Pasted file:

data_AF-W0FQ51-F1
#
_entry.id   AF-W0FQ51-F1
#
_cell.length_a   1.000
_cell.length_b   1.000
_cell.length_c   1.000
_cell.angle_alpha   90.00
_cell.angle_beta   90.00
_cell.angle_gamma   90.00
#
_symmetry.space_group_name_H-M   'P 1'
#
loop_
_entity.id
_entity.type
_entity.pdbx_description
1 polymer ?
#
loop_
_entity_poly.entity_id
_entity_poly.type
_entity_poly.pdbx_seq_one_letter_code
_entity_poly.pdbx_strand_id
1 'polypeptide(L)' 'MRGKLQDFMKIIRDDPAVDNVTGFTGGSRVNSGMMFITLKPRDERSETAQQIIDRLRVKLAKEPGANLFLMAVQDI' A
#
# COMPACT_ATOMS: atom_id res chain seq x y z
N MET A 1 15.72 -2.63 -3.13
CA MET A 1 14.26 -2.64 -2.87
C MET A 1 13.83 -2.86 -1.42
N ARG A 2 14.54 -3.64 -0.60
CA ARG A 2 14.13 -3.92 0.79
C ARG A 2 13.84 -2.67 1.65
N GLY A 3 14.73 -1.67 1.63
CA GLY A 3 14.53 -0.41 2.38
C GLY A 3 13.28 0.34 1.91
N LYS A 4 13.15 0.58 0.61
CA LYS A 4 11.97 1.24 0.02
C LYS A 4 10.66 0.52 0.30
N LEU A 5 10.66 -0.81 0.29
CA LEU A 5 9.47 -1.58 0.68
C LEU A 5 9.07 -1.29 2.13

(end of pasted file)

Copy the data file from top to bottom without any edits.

data_AF-W0FQ51-F1
#
_entry.id   AF-W0FQ51-F1
#
_cell.length_a   1.000
_cell.length_b   1.000
_cell.length_c   1.000
_cell.angle_alpha   90.00
_cell.angle_beta   90.00
_cell.angle_gamma   90.00
#
_symmetry.space_group_name_H-M   'P 1'
#
loop_
_entity.id
_entity.type
_entity.pdbx_description
1 polymer ?
#
loop_
_entity_poly.entity_id
_entity_poly.type
_entity_poly.pdbx_seq_one_letter_code
_entity_poly.pdbx_strand_id
1 'polypeptide(L)' 'MRGKLQDFMKIIRDDPAVDNVTGFTGGSRVNSGMMFITLKPRDERSETAQQIIDRLRVKLAKEPGANLFLMAVQDI' A
#
# COMPACT_ATOMS: atom_id res chain seq x y z
N MET A 1 15.72 -2.63 -3.13
CA MET A 1 14.26 -2.64 -2.87
C MET A 1 13.83 -2.86 -1.42
N ARG A 2 14.54 -3.64 -0.60
CA ARG A 2 14.13 -3.92 0.79
C ARG A 2 13.84 -2.67 1.65
N GLY A 3 14.73 -1.67 1.63
CA GLY A 3 14.53 -0.41 2.38
C GLY A 3 13.28 0.34 1.91
N LYS A 4 13.15 0.58 0.61
CA LYS A 4 11.97 1.24 0.02
C LYS A 4 10.66 0.52 0.30
N LEU A 5 10.66 -0.81 0.29
CA LEU A 5 9.47 -1.58 0.68
C LEU A 5 9.07 -1.29 2.13